We also run two file transfer tests to see how the NAS device performs in the real word. One file transfer test uses 3000 1MB files; this is intensive for both the hard drives and the embedded processor, and a good indication of how it will perform when backing up your computer. In addition, we transfer 20GB worth of 3-4GB files, a faster test that is similar to dealing with large videos, disk images or database files.
|Intel's NAS Performance Toolkit - HD Streaming|
|HD Playback (MBps)||HD Playback &
|HD Playback &|
|Seagate BlackArmor NAS 440||TBA||3TB||RAID 0||38.2||35.5||19.2|
|HP EX490 MediaSmart Server||$749||1TB||None||36.5||35||15|
|Synology Disk Station DS409||$678||3TB||RAID 0||53.2||50.1||32.1|
|Thecus N4200||$800||3TB||RAID 0||48.3||55.3||31.3|
|QNAP TS-419P Turbo NAS||$999||3TB||RAID 0||21||25||23.7|
|Synology DiskStation DS509+||$1065||3TB||RAID 0||70||58||37.9|
|QNAP TS-459 Pro Turbo NAS||$1399||3TB||RAID 0||99.2||91.3||44.5|
|ProWare DN-500A-CM||$1599||3TB||RAID 0||56.5||68||33.2|
|Netgear ReadyNAS Pro Business Edition||$3669||3TB||RAID 0||44.4||48.5||30.4|
|Small File (3GB) Transfer Test Results|
|Seagate BlackArmor NAS 440||TBA||3TB||RAID 0||25.6||16.3||10.2|
|HP EX490 MediaSmart Server||$749||1TB||None||22.9||19.5||10.4|
|Synology Disk Station DS409||$678||3TB||RAID 0||36.6||6.9||5.2|
|Thecus N4200||$800||3TB||RAID 0||38.5||38||14.6|
|QNAP TS-419P Turbo NAS||$999||3TB||RAID 0||23.6||17.7||8.9|
|Synology DiskStation DS509+||$1065||3TB||RAID 0||45.5||30.3||14.8|
|QNAP TS-459 Pro Turbo NAS||$1399||3TB||RAID 0||51.7||38||18.4|
|ProWare DN-500A-CM||$1599||3TB||RAID 0||31.6||33.3||16.7|
|Netgear ReadyNAS NVX||$2519||2TB||X-RAID2 (Redundancy)||47.6||21.8||11.4|
|Large File (20GB) Transfer Test Results|
|Seagate BlackArmor NAS 440||TBA||3TB||RAID 0||57.4||27.7||17.6|
|HP EX490 MediaSmart Server||$749||1TB||None||41.5||51.1||13.3|
|Synology Disk Station DS409||$678||3TB||RAID 0||55.3||36.6||21.1|
|Thecus N4200||$800||3TB||RAID 0||63.2||76.4||28.2|
|QNAP TS-419P Turbo NAS||$999||3TB||RAID 0||38.8||27.9||16.3|
|Synology DiskStation DS509+||$1065||3TB||RAID 0||63.4||41.7||24.2|
|QNAP TS-459 Pro Turbo NAS||$1399||3TB||RAID 0||86.6||69||36.8|
|ProWare DN-500A-CM||$1599||3TB||RAID 0||40.4||43.5||19.4|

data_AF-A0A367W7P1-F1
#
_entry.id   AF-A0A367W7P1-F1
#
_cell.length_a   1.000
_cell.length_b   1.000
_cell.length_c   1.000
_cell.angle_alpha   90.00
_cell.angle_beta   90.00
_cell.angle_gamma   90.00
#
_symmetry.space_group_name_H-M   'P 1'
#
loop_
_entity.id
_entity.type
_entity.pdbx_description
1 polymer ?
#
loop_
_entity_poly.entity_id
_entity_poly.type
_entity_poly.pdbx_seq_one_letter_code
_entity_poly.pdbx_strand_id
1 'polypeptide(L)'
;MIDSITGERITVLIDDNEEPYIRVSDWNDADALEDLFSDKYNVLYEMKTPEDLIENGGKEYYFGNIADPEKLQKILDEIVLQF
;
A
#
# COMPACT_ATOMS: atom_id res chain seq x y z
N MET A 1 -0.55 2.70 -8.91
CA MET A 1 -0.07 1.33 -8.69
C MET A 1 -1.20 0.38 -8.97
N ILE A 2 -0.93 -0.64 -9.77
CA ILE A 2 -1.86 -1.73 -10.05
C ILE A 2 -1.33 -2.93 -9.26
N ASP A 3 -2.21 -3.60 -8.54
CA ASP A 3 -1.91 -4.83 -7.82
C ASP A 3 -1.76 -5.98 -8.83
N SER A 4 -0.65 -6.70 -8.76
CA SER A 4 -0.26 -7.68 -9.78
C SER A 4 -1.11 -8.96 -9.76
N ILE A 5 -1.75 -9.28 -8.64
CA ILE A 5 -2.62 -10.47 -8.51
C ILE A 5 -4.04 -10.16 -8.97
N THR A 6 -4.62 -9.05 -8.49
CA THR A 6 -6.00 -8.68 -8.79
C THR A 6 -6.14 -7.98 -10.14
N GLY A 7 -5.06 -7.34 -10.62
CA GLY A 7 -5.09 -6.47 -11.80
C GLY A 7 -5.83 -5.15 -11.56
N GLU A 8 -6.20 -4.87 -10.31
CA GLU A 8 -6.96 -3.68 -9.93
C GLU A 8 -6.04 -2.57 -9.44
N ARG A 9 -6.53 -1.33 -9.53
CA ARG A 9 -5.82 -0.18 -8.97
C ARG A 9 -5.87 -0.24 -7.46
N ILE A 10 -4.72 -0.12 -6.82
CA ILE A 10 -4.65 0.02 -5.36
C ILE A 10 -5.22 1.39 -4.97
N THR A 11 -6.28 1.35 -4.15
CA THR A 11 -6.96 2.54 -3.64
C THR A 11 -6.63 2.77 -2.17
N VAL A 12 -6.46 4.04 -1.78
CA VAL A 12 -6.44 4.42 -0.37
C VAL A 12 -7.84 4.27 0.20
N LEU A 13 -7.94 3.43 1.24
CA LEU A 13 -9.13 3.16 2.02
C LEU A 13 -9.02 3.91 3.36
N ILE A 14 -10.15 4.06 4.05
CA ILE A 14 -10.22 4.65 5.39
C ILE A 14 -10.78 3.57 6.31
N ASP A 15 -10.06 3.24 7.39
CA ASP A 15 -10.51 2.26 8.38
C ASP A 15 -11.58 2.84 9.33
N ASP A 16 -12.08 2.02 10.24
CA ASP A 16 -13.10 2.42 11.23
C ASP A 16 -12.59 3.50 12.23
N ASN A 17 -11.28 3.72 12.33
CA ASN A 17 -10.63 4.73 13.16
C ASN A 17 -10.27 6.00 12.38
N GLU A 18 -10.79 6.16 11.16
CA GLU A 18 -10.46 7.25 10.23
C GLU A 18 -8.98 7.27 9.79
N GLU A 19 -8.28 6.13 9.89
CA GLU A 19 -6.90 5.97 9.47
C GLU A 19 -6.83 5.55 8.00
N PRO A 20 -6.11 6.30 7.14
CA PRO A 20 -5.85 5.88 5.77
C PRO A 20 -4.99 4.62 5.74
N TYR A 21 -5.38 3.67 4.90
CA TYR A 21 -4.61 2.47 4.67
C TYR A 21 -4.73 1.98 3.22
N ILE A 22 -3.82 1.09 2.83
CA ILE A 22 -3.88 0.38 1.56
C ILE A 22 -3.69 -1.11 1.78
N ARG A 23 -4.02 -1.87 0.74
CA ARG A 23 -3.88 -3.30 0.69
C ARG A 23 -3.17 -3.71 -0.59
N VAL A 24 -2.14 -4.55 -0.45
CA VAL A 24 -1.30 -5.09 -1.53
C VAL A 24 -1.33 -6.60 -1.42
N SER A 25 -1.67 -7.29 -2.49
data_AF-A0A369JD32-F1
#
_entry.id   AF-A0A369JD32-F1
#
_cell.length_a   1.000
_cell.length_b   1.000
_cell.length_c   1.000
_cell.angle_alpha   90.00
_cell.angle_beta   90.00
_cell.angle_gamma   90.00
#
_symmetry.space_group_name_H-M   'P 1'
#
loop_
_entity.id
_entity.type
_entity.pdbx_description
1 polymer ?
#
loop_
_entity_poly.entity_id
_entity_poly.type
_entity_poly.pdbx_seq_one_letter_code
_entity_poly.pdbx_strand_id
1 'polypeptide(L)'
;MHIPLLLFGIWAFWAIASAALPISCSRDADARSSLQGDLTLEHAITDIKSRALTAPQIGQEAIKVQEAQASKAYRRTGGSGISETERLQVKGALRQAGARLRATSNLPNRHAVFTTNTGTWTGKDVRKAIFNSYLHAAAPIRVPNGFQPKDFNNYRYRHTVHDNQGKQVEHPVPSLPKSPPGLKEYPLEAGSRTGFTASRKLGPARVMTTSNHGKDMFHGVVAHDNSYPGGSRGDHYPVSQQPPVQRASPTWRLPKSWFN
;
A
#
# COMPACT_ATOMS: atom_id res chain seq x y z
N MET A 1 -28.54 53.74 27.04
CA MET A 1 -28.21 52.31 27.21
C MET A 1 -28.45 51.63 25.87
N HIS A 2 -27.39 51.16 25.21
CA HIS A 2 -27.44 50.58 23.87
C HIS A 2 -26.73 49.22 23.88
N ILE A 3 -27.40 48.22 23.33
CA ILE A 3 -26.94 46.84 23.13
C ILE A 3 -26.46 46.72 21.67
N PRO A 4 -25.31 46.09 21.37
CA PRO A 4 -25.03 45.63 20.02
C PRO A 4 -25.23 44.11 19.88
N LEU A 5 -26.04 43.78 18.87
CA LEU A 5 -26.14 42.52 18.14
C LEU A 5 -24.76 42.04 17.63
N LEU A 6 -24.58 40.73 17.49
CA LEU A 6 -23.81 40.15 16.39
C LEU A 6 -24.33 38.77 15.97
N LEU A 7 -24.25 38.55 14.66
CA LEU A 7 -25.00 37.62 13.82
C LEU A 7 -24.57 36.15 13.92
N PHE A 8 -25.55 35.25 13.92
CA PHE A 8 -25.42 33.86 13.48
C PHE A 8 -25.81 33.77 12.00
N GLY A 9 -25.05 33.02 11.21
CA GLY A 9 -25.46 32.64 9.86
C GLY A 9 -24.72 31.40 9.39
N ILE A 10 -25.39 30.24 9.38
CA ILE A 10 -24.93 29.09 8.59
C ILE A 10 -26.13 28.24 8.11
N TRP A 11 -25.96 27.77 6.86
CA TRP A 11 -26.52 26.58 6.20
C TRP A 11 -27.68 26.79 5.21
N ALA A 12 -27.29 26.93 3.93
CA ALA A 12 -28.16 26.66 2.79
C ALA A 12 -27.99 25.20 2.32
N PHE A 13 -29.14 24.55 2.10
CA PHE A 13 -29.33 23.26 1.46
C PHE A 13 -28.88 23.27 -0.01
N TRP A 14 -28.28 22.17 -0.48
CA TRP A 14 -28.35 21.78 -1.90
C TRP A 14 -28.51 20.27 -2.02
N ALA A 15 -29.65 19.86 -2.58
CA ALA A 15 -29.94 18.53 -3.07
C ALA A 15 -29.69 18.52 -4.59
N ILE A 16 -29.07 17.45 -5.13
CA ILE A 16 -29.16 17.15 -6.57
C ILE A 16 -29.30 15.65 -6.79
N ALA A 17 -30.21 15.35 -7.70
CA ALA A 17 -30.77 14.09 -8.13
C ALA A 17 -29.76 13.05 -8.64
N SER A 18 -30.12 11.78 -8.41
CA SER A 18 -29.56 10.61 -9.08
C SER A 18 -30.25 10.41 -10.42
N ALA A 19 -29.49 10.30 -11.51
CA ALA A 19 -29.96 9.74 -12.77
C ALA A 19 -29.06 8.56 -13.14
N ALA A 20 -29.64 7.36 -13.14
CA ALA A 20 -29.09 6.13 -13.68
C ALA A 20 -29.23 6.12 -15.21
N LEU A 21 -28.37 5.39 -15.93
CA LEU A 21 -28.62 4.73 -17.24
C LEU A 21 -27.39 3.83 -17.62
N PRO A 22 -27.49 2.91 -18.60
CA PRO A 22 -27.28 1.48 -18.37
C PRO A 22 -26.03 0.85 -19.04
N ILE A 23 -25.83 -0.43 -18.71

|Netgear ReadyNAS NVX||$2519||2TB||X-RAID2 (Redundancy)||78.5||51.7||25.8|
The BlackArmor NAS 440's default RAID 5 configuration naturally lags behind some of the other NAS devices we've tested, since it has to account for redundancy when writing data and performing simultaneous tasks. However, changing to a RAID 0 array — in both two- and four-disk configurations — didn't make a huge difference in performance. You'll get speedier results when writing large files, but overall the NAS device's ability to read data and stream content to other devices is on par with lower-powered devices like Synology's Disk Station DS409.
Remote replication and performance are two big issues with the BlackArmor NAS 440, but there are still a number of positives to this NAS device. The clean user interface makes it easy to manage, while the tool-less drive trays and tightly integrated BlackArmor Backup software make single computer backups easy to implement for up to 10 simultaneous users.
Stay up to date with the latest news, reviews and features. Sign up to PC World’s newsletters
Follow PC World Australia on Twitter: @PCWorldAu
Join the newsletter!
Most Popular Reviews
- 1 Oppo Reno 5G review: Big Deal
- 2 Google Pixel 3a review: Less is more
- 3 Moto G7 review: The new gold standard for budget buyers
- 4 Sony Bravia 2017 TVs: Full, in-depth review
- 5 Garmin Fenix 5 fitness tracker smartwatch review
Latest News Articles
- McAfee releases 2019 Threat Predictions Report
- Malwarebytes releases 2018 Q3 Cybercrime Tactics and Techniques Report
- Cylance helps Australians stay smart online
- McAfee QTR detects 2018 threat activity
- Formjacking on the rise in lead up to festive shopping period
PCW Evaluation Team
This smart laptop was enjoyable to use and great to work on – creating content was super simple.
It really doesn’t get more “gaming laptop” than this.
As the Maserati or BMW of laptops, it would fit perfectly in the hands of a professional needing firepower under the hood, sophistication and class on the surface, and gaming prowess (sports mode if you will) in between.
The MSI PS63 is an amazing laptop and I would definitely consider buying one in the future.
This small mobile printer is exactly what I need for invoicing and other jobs such as sending fellow tradesman details or step-by-step instructions that I can easily print off from my phone or the Web.
Microsoft Office continues to make a student’s life that little bit easier by offering reliable, easy to use, time-saving functionality, while continuing to develop new features that further enhance what is already a formidable collection of applications
- Happy iPhone Day: Here's everything Apple just announced
- Samsung Galaxy Note 10+ Australian review (2019)
- Hands-On: The Samsung Galaxy Fold is my new problematic fave
- Which flagship TV is best? Sony 4K HDR Bravia 2016 versus LG 4K HDR OLED 2016
- 10 Blu-ray movies / Best looking Blu-ray movies